“I feel like my vibranium level has been pumped up a thousand percent because of the #MeToo movement,” Siddick says, using a reference to a fortifying metal held sacred by the African empire of Wakanda in the hit Marvel film “Black Panther.” “I want us to show up and be the best we can be, and we can’t do that if we feel we are depleted. But that filling up comes from within.”

FOR SEATTLE-BASED transgender-rights activist Danni Askini, the #MeToo movement offers an opportunity to expand our ideas about gender-based harassment and violence and how to talk about it.

She knows a number of trans people, and gender-nonconforming friends, who’ve also endured harassing questions at the workplace about their bodies and sex lives, comments that would be totally out of line if they were posed to anyone else.

“Women can create uncomfortable work environments for trans people,” she points out.

Askini says she’s been asked offensive questions from politicians while lobbying for protections for trans people.

For those occasions, she’s perfected her soothing “NPR voice” so as to sound less threatening to public officials whose help she needs to push through reforms.

“I have to maintain this decorum as the benevolent educator,” Askini tells me during a visit to the offices of the Gender Justice League, a nonprofit that focuses on political advocacy and social services in the trans community.

Askini, 35, has lived many of the issues she tackles in her work.

Back in her home state of Maine, she once had a supervisor who kept remarking on her attire in meetings, which made Askini feel uncomfortable.

She complained to the human-resources department.

Astoundingly, “They said, ‘Suck it up. Welcome to being a woman in the workplace,’ ” Askini recalls. “ ‘If you want it to stop, start wearing cardigans and pants. This is how it’s going to be for the rest of your life.’ ”

The issue for many trans workers who complain about harassment is the risk of being fired for causing trouble, a dreadful prospect given the difficulties trans people face finding work due to discrimination.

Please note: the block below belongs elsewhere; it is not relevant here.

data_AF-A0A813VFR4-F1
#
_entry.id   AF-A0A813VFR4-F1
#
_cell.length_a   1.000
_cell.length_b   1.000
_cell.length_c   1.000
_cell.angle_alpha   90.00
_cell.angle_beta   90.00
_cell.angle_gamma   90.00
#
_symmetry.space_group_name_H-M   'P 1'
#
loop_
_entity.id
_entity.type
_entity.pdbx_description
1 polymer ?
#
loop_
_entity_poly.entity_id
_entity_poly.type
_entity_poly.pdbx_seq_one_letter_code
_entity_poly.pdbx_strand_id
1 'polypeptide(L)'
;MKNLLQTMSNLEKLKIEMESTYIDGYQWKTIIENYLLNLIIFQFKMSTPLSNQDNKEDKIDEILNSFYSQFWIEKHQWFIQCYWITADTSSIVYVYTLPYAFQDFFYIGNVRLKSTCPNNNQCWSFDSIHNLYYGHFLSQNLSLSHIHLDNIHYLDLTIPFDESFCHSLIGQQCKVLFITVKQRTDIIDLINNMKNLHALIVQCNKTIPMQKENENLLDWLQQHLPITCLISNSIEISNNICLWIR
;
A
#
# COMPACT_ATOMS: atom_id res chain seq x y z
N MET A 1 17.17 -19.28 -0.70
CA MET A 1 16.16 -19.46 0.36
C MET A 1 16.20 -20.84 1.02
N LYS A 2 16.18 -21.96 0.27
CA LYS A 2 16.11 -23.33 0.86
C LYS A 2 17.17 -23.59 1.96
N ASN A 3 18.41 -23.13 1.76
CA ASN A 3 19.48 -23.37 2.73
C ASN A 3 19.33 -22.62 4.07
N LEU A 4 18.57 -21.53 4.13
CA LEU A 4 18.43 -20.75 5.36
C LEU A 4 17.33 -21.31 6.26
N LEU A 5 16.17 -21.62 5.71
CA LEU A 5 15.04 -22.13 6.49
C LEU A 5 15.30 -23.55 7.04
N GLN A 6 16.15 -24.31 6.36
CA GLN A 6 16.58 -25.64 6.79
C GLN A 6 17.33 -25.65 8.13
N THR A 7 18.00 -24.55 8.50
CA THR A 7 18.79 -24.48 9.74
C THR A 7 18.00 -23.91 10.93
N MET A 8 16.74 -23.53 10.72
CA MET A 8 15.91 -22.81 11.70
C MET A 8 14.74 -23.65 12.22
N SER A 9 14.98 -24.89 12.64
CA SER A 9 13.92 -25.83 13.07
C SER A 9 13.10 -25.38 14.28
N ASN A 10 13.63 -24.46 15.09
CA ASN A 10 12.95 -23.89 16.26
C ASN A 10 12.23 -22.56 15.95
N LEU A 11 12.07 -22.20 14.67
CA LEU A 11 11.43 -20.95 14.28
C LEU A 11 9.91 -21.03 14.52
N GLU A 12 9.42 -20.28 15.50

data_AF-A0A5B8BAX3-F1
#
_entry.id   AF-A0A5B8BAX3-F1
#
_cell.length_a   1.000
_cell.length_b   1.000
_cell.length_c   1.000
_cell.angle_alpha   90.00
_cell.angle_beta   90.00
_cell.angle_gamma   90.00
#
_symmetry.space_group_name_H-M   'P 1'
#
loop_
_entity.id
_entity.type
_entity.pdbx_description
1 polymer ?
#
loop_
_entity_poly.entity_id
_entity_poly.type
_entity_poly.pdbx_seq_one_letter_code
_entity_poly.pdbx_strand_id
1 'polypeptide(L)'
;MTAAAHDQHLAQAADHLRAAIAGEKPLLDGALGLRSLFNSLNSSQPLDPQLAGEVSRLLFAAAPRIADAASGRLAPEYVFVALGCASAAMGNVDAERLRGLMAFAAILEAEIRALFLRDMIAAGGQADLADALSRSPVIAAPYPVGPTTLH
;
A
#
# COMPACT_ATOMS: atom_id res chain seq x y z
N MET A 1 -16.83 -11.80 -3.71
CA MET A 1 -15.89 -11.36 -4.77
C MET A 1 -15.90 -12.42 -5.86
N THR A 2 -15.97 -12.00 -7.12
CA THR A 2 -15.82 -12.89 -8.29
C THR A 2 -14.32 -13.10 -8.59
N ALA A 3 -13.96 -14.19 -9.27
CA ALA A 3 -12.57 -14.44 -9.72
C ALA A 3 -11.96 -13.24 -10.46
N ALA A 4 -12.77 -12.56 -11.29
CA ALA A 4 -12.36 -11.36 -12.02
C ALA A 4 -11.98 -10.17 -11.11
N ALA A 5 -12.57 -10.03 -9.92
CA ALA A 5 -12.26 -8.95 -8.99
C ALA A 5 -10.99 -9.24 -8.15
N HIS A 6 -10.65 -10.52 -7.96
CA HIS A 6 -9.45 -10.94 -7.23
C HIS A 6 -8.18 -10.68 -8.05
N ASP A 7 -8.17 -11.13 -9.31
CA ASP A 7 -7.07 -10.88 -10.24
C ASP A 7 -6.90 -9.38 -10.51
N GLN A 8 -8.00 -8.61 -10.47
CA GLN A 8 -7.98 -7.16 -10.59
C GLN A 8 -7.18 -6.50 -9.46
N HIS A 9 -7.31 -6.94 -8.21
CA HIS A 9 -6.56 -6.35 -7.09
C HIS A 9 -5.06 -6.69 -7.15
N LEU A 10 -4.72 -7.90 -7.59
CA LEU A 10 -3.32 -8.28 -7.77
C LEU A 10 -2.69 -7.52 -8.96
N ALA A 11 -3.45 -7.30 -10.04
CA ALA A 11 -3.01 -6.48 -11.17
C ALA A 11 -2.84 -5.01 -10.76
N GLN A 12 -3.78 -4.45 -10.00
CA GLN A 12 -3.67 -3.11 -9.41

“For marginalized people, that type of retaliation is so much more devastating,” Askini says.

A survivor of domestic violence, which, like sexual harassment and assault, is an issue that can be difficult to discuss in an LGBTQ community that’s wary of feeding negative stereotypes, Askini recounts fighting the good fight for her community by day, then going home to face her own struggles with her abusive partner.

It wore her down.

“I just didn’t have it in me to fight someone who was so close to me,” Askini says. “You have to pick your battles.

“I hope that this moment creates for men the kind of fear that women have always lived with. Being exposed about their abuses will have consequences for them. In some ways, that’s equity.”

BREE BLACK HORSE, a rising Native American attorney in Seattle, says her mother, Seminole artist Catherine Black Horse, once gave her unforgettable advice.

“ ‘Boys are time-wasters and dream-killers’ — those were her exact words,” Black Horse says when we meet to discuss the #MeToo movement’s importance to indigenous communities.

Coming from a nation of warriors, her stepdad, Blackfeet artist Terrance Guardipee, shared choice words of his own: “ ‘Don’t let anybody f--- with you, and if they do, call me.’ ”

With that, Black Horse, 28, has become a legal advocate for indigenous women at the law firm Galanda Broadman.

She believes there’s a crisis of domestic violence and sexual assault against women in Indian country.

Black Horse points out that while over two-thirds of violence against indigenous women happens at the hands of nonnative men, it has been difficult for tribal courts to prosecute nonnative people accused of assault on reservation land.

She’s pushing for greater attention to the disappearance and killing of indigenous women, including Muckleshoot tribal member Renee Davis, who was fatally shot by King County deputies in 2016. Davis was pregnant at the time.

She says it’s also important for indigenous communities to address the other sad fact that indigenous men are responsible for a significant portion of harassment and violence against native women.

Black Horse grew up in the Seattle area.

She’s been talking to her mom a lot about the traditional importance of women within families as well as in tribal ceremonial functions, and how that high esteem has been eroded by European influence. Guardipee, her stepdad, evokes this respect for powerful indigenous women in his distinctive paintings and ledger art.

Black Horse wants to retrieve what has been lost.

“I think it’s time for us to come together as a people and return to those traditional values,” she says. “I want us to remember who we are.”

Black Horse loves to pow wow, hunt and hike, her way of connecting to her heritage and history. But she also wants to do right by indigenous women in the here and now.

Black Horse led supporters of missing and murdered indigenous women during an event marking the anniversary of the Women’s March.

But calling out sexual misconduct isn’t easy for her or other indigenous women.

“You’re seen as tearing down one of your own,” she says. “There’s fear of retribution and being ostracized.”

Black Horse sees poetic justice in the possibility that from this point forward, men will be the ones who have to think twice about what they say and do.

She and her mom agree on something else:

“Men have gotten to run the show for the last 10,000 years. It’s our turn.”